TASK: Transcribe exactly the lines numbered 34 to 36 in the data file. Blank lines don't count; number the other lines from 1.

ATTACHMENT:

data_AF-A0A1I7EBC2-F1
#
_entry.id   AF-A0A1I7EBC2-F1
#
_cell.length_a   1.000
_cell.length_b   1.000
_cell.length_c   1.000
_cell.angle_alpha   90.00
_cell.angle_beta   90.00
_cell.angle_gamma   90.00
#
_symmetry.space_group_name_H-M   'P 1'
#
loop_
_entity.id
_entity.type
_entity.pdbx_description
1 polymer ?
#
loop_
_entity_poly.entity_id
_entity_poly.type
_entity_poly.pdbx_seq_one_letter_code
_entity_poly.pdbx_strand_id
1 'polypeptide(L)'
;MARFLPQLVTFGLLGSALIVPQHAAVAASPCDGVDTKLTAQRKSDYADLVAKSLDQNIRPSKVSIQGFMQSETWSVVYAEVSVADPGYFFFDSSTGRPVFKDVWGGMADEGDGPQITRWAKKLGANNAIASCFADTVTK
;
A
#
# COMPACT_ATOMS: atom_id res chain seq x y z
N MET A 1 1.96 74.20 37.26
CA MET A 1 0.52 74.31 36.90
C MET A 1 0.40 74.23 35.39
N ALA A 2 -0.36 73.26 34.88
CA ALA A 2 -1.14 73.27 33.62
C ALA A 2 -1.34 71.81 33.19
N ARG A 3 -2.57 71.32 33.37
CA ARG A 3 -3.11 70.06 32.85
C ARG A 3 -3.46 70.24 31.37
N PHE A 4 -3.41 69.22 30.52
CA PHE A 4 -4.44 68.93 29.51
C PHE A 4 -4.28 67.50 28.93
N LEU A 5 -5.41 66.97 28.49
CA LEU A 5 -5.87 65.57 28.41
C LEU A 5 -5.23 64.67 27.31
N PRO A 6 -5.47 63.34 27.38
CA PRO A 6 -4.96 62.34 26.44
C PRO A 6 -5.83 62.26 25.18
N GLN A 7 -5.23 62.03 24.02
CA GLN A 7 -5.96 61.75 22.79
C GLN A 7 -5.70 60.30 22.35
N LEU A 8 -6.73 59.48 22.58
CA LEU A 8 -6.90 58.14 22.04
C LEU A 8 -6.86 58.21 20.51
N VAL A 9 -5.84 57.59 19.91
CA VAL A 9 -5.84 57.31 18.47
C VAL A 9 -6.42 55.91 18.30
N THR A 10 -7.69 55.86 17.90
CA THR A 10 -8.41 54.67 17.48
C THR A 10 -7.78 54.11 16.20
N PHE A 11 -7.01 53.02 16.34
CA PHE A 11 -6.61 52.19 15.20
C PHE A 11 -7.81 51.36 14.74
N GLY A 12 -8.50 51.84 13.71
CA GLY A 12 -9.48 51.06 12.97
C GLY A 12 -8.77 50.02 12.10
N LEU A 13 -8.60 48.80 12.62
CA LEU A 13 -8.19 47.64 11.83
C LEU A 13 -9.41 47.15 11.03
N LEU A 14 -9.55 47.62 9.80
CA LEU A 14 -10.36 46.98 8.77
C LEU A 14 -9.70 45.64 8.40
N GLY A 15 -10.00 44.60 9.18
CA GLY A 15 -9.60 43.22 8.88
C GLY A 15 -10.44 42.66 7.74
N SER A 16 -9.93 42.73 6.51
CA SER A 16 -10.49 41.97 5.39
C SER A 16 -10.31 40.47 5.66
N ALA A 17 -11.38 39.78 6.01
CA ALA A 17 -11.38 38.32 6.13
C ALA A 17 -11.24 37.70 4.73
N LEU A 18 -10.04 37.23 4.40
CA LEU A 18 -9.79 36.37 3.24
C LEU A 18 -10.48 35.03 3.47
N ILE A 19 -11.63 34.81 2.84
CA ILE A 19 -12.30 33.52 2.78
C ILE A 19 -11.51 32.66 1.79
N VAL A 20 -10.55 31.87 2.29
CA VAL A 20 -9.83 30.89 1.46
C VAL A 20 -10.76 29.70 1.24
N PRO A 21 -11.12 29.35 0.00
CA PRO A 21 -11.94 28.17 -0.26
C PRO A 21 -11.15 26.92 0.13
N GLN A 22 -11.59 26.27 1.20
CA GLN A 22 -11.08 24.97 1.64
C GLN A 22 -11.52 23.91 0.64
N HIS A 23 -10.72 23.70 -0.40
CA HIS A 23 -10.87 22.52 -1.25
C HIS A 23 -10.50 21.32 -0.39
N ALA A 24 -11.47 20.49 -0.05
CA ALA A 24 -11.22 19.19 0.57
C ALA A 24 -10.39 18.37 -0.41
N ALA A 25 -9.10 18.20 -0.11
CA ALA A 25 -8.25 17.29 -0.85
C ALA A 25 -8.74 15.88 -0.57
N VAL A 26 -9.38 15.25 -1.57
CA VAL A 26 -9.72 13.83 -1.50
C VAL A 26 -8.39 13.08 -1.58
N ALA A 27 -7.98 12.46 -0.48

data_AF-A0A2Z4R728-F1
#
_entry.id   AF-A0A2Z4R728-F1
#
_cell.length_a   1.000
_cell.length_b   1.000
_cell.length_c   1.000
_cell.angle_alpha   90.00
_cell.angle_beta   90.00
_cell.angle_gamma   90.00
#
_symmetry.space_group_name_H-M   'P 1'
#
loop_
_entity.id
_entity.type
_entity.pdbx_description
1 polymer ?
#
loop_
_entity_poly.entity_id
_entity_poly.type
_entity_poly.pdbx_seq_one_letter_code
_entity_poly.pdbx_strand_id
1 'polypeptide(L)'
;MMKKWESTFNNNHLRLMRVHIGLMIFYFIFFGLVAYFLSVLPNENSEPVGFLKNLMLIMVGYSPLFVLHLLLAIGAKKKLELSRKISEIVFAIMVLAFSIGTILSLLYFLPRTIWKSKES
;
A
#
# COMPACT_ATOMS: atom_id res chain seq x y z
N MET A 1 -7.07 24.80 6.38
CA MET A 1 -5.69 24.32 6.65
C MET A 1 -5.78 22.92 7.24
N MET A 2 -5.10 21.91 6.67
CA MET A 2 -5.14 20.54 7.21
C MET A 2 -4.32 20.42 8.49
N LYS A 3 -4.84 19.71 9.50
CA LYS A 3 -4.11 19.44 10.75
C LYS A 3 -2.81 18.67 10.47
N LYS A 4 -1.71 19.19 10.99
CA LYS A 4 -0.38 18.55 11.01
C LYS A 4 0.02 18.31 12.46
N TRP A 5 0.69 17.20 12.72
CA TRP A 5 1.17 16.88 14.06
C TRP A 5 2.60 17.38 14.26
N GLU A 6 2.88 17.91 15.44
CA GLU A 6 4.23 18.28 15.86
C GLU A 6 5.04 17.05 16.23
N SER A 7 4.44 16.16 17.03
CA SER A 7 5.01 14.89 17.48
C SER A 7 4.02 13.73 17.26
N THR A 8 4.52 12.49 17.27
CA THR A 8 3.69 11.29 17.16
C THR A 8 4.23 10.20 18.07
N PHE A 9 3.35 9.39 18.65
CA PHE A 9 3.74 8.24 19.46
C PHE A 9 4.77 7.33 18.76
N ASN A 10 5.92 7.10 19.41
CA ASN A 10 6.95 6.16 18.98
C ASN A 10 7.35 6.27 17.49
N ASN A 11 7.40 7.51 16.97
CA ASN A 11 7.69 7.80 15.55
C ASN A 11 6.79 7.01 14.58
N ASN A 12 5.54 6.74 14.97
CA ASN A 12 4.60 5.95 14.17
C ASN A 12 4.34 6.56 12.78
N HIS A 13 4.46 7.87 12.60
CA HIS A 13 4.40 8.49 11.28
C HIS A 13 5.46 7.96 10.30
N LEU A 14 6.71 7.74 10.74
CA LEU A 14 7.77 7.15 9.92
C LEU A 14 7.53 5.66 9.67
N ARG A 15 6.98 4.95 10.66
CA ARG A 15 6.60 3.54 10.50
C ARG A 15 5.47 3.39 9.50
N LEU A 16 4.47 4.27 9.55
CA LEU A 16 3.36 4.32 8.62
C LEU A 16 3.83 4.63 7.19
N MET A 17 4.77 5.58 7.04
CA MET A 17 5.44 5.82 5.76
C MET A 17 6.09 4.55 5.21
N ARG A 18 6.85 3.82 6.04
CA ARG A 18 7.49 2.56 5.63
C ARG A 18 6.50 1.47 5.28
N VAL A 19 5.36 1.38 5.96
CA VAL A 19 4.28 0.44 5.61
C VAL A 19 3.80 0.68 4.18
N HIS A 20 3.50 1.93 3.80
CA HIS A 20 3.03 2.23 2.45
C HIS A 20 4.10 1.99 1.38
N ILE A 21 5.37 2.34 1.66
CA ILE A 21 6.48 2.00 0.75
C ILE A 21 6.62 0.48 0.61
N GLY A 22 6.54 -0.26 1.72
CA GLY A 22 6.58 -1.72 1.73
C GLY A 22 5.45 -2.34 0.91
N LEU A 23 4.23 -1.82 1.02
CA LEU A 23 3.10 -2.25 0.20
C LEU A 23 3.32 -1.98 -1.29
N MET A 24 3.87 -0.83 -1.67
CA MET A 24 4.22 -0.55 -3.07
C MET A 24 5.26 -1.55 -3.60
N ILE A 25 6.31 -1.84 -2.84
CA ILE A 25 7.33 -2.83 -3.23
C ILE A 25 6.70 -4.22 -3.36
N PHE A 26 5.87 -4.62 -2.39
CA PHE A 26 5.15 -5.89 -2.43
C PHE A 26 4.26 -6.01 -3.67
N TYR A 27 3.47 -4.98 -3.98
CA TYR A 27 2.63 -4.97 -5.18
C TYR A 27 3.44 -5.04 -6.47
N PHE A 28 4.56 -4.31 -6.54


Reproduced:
N ALA A 2 -0.36 73.26 34.88
CA ALA A 2 -1.14 73.27 33.62
C ALA A 2 -1.34 71.81 33.19